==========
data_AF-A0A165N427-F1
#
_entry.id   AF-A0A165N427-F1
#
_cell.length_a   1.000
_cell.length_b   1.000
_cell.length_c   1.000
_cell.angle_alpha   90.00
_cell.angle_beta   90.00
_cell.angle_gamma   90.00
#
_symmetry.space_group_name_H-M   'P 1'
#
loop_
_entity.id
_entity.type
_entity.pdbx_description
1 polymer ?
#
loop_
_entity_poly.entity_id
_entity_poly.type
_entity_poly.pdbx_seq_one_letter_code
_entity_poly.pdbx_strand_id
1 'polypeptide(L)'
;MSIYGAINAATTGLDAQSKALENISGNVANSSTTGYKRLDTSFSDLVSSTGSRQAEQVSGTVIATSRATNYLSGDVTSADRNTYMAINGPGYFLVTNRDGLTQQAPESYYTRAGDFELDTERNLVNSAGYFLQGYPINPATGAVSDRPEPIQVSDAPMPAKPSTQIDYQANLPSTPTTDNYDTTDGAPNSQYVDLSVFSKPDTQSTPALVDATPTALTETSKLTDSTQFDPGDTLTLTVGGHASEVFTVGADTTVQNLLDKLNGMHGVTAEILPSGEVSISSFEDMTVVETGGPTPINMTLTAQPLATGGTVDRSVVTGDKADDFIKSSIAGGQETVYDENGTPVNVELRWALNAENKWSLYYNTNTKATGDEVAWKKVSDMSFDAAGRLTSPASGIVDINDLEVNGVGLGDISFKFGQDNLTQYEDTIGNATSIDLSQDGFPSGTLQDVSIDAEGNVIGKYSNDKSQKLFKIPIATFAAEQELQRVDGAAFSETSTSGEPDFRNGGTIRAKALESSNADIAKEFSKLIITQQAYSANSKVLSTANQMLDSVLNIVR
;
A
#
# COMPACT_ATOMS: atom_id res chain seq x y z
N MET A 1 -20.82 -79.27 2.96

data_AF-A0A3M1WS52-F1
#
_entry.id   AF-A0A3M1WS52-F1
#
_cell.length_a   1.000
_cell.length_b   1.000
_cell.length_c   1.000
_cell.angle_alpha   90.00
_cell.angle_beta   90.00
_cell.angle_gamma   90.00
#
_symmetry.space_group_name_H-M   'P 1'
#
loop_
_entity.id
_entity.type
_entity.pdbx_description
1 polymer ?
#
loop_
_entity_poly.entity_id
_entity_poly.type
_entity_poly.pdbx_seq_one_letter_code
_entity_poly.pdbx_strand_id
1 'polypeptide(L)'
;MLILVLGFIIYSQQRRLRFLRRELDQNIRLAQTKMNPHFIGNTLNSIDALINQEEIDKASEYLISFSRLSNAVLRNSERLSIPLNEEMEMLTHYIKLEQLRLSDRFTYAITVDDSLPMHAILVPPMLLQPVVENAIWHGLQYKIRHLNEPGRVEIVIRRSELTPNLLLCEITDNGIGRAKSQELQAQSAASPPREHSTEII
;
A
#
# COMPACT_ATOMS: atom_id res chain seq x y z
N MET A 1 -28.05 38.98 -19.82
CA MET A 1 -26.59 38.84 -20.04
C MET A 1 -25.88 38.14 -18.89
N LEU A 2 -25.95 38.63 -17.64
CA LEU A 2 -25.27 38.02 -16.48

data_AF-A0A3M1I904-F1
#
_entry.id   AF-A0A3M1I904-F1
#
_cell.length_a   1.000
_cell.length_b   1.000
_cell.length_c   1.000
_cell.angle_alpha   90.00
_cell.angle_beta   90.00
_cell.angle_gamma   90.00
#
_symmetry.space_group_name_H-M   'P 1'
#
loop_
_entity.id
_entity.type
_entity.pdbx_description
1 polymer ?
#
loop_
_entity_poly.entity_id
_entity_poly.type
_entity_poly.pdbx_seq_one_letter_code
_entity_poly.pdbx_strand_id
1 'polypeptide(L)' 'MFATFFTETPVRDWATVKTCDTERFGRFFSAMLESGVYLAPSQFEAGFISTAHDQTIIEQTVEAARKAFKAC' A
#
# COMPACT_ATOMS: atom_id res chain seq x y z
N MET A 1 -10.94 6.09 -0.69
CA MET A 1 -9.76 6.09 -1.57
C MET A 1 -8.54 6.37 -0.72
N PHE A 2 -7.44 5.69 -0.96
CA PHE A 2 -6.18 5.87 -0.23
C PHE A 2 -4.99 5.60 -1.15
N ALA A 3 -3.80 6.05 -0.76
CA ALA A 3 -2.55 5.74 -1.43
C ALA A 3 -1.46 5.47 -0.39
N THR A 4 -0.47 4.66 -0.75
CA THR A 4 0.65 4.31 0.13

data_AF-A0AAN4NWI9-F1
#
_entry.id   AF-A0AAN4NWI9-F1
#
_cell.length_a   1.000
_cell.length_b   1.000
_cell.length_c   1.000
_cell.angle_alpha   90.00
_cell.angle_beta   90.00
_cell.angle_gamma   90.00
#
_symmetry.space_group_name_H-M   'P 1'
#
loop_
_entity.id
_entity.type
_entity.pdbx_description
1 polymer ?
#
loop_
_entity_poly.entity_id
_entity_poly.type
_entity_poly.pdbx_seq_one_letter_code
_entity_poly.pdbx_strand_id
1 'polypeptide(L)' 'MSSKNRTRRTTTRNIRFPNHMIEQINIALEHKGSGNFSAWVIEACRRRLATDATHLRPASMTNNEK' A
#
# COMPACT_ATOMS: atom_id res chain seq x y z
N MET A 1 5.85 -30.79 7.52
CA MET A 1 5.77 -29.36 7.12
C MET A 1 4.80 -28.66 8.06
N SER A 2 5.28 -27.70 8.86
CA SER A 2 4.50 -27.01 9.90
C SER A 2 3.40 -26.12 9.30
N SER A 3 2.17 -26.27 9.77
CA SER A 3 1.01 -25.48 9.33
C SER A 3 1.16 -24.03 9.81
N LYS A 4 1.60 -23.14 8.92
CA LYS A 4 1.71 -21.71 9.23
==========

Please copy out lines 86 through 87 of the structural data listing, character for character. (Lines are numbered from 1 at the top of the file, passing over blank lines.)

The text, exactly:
loop_
_entity_poly.entity_id